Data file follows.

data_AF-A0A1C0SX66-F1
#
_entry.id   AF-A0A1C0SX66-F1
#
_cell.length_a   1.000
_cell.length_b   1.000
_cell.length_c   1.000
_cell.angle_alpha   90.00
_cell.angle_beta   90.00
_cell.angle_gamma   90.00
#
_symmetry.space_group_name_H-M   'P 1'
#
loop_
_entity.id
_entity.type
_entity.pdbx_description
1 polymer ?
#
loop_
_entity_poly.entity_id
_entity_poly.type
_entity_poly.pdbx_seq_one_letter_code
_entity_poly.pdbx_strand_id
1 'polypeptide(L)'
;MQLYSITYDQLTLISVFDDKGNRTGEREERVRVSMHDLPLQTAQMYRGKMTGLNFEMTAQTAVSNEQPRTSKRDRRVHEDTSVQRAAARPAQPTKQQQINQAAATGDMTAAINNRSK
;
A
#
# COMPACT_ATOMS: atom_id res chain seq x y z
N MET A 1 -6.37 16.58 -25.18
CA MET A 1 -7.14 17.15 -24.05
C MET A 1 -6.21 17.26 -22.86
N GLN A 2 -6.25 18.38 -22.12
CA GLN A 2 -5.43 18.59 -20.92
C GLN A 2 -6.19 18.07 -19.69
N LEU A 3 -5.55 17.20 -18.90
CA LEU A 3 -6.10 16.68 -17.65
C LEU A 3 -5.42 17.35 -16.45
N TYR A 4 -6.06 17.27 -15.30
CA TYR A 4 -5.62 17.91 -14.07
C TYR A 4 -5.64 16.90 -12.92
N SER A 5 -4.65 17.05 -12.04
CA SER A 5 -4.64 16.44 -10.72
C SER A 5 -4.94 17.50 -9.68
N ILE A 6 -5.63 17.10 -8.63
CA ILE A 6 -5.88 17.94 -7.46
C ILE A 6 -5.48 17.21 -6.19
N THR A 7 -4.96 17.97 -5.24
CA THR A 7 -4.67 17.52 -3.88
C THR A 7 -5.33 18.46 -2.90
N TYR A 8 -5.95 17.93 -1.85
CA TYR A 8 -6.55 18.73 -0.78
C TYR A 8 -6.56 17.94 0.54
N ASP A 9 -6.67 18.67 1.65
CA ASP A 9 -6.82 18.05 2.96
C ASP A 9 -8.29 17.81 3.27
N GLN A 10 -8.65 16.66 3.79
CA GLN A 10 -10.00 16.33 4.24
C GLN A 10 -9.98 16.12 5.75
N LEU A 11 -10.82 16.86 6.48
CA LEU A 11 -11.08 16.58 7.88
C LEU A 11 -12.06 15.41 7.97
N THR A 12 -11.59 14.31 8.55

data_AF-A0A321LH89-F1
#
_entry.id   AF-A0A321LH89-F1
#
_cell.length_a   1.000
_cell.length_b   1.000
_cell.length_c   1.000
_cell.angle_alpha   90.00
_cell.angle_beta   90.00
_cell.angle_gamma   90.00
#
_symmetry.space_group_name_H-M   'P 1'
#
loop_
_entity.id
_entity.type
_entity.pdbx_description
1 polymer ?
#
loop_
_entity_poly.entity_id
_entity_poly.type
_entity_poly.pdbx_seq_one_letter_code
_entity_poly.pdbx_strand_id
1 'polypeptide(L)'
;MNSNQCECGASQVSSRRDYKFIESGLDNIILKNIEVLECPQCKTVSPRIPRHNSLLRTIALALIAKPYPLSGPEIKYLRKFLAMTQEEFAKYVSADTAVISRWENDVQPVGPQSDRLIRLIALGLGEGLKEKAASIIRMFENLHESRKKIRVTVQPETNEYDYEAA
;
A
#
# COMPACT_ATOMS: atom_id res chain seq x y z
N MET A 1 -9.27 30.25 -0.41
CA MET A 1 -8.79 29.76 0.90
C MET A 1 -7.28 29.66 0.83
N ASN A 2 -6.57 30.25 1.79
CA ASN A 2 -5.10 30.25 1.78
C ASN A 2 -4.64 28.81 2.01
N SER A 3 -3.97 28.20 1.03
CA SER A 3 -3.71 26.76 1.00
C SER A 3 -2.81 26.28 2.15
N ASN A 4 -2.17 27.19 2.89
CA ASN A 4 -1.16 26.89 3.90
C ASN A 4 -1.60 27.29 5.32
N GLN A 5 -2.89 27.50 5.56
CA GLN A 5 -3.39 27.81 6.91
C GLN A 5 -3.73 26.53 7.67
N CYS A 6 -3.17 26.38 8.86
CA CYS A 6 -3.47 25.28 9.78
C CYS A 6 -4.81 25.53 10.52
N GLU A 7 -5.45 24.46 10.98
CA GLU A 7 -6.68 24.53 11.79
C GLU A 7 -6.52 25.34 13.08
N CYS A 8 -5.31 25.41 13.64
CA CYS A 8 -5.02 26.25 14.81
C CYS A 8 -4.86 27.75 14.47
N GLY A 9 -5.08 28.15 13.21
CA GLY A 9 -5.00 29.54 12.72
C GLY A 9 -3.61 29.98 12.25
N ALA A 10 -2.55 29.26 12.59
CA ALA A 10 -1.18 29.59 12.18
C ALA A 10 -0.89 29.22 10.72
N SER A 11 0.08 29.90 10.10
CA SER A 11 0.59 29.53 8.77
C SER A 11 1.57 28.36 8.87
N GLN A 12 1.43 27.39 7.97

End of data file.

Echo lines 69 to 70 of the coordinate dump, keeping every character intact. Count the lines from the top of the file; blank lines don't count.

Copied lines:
_cell.length_a   1.000
_cell.length_b   1.000